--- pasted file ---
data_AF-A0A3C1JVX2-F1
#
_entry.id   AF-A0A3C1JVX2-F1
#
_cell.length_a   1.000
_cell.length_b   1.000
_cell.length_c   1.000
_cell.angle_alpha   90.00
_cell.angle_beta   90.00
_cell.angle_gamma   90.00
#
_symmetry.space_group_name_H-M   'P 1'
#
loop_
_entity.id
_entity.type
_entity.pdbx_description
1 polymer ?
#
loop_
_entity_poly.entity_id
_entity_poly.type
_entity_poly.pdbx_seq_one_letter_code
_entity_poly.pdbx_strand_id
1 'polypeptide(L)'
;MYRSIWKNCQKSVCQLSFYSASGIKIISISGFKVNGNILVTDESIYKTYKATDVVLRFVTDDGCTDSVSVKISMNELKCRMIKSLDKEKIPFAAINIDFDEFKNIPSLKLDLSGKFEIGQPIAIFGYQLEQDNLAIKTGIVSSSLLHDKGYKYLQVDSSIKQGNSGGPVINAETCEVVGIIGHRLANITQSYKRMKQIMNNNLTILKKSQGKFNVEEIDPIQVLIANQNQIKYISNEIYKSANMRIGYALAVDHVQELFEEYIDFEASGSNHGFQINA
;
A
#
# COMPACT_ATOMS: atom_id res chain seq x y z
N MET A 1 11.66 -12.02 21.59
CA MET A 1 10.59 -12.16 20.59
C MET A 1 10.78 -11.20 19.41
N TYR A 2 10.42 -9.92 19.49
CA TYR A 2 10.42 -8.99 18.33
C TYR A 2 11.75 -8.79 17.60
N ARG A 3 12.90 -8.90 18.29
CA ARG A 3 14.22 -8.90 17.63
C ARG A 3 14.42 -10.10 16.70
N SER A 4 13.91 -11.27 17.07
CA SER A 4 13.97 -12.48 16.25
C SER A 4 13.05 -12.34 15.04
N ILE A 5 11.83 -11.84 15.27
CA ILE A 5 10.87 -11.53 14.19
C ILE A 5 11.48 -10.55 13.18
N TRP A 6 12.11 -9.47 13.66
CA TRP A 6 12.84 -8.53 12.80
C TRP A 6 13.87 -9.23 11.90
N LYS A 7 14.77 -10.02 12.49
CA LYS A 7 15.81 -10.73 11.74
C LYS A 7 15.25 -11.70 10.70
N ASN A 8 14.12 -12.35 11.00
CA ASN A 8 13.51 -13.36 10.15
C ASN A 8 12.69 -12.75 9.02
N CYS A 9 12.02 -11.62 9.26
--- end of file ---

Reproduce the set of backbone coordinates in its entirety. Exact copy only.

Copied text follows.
data_AF-A0A3C1JVX2-F1
#
_entry.id   AF-A0A3C1JVX2-F1
#
_cell.length_a   1.000
_cell.length_b   1.000
_cell.length_c   1.000
_cell.angle_alpha   90.00
_cell.angle_beta   90.00
_cell.angle_gamma   90.00
#
_symmetry.space_group_name_H-M   'P 1'
#
loop_
_entity.id
_entity.type
_entity.pdbx_description
1 polymer ?
#
loop_
_entity_poly.entity_id
_entity_poly.type
_entity_poly.pdbx_seq_one_letter_code
_entity_poly.pdbx_strand_id
1 'polypeptide(L)'
;MYRSIWKNCQKSVCQLSFYSASGIKIISISGFKVNGNILVTDESIYKTYKATDVVLRFVTDDGCTDSVSVKISMNELKCRMIKSLDKEKIPFAAINIDFDEFKNIPSLKLDLSGKFEIGQPIAIFGYQLEQDNLAIKTGIVSSSLLHDKGYKYLQVDSSIKQGNSGGPVINAETCEVVGIIGHRLANITQSYKRMKQIMNNNLTILKKSQGKFNVEEIDPIQVLIANQNQIKYISNEIYKSANMRIGYALAVDHVQELFEEYIDFEASGSNHGFQINA
;
A
#
# COMPACT_ATOMS: atom_id res chain seq x y z
N MET A 1 11.66 -12.02 21.59
CA MET A 1 10.59 -12.16 20.59
C MET A 1 10.78 -11.20 19.41
N TYR A 2 10.42 -9.92 19.49
CA TYR A 2 10.42 -8.99 18.33
C TYR A 2 11.75 -8.79 17.60
N ARG A 3 12.90 -8.90 18.29
CA ARG A 3 14.22 -8.90 17.63
C ARG A 3 14.42 -10.10 16.70
N SER A 4 13.91 -11.27 17.07
CA SER A 4 13.97 -12.48 16.25
C SER A 4 13.05 -12.34 15.04
N ILE A 5 11.83 -11.84 15.27
CA ILE A 5 10.87 -11.53 14.19
C ILE A 5 11.48 -10.55 13.18
N TRP A 6 12.11 -9.47 13.66
CA TRP A 6 12.84 -8.53 12.80
C TRP A 6 13.87 -9.23 11.90
N LYS A 7 14.77 -10.02 12.49
CA LYS A 7 15.81 -10.73 11.74
C LYS A 7 15.25 -11.70 10.70
N ASN A 8 14.12 -12.35 11.00
CA ASN A 8 13.51 -13.36 10.15
C ASN A 8 12.69 -12.75 9.02
N CYS A 9 12.02 -11.62 9.26